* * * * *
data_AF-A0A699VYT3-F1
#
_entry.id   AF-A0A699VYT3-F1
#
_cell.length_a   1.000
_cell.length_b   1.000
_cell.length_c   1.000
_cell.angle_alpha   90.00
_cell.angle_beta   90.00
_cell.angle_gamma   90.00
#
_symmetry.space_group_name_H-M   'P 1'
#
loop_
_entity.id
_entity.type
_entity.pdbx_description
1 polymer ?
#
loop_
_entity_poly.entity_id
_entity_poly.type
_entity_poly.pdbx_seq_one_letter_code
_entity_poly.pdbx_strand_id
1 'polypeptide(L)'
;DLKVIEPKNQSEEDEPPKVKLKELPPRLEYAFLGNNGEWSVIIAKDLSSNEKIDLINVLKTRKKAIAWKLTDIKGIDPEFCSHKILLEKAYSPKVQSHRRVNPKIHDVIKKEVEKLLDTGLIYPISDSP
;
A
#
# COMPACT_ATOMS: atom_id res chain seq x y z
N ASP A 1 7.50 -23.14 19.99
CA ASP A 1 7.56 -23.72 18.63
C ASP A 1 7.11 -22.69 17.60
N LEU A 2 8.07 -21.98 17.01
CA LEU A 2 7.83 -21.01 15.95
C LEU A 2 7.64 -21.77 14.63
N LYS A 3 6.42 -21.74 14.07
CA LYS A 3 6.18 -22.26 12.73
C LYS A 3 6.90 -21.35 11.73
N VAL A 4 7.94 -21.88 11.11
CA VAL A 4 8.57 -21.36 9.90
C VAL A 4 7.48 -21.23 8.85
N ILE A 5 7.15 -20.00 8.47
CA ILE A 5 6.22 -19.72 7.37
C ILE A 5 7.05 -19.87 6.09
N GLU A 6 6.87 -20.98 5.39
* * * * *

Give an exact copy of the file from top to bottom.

data_AF-A0A699VYT3-F1
#
_entry.id   AF-A0A699VYT3-F1
#
_cell.length_a   1.000
_cell.length_b   1.000
_cell.length_c   1.000
_cell.angle_alpha   90.00
_cell.angle_beta   90.00
_cell.angle_gamma   90.00
#
_symmetry.space_group_name_H-M   'P 1'
#
loop_
_entity.id
_entity.type
_entity.pdbx_description
1 polymer ?
#
loop_
_entity_poly.entity_id
_entity_poly.type
_entity_poly.pdbx_seq_one_letter_code
_entity_poly.pdbx_strand_id
1 'polypeptide(L)'
;DLKVIEPKNQSEEDEPPKVKLKELPPRLEYAFLGNNGEWSVIIAKDLSSNEKIDLINVLKTRKKAIAWKLTDIKGIDPEFCSHKILLEKAYSPKVQSHRRVNPKIHDVIKKEVEKLLDTGLIYPISDSP
;
A
#
# COMPACT_ATOMS: atom_id res chain seq x y z
N ASP A 1 7.50 -23.14 19.99
CA ASP A 1 7.56 -23.72 18.63
C ASP A 1 7.11 -22.69 17.60
N LEU A 2 8.07 -21.98 17.01
CA LEU A 2 7.83 -21.01 15.95
C LEU A 2 7.64 -21.77 14.63
N LYS A 3 6.42 -21.74 14.07
CA LYS A 3 6.18 -22.26 12.73
C LYS A 3 6.90 -21.35 11.73
N VAL A 4 7.94 -21.88 11.11
CA VAL A 4 8.57 -21.36 9.90
C VAL A 4 7.48 -21.23 8.85
N ILE A 5 7.15 -20.00 8.47
CA ILE A 5 6.22 -19.72 7.37
C ILE A 5 7.05 -19.87 6.09
N GLU A 6 6.87 -20.98 5.39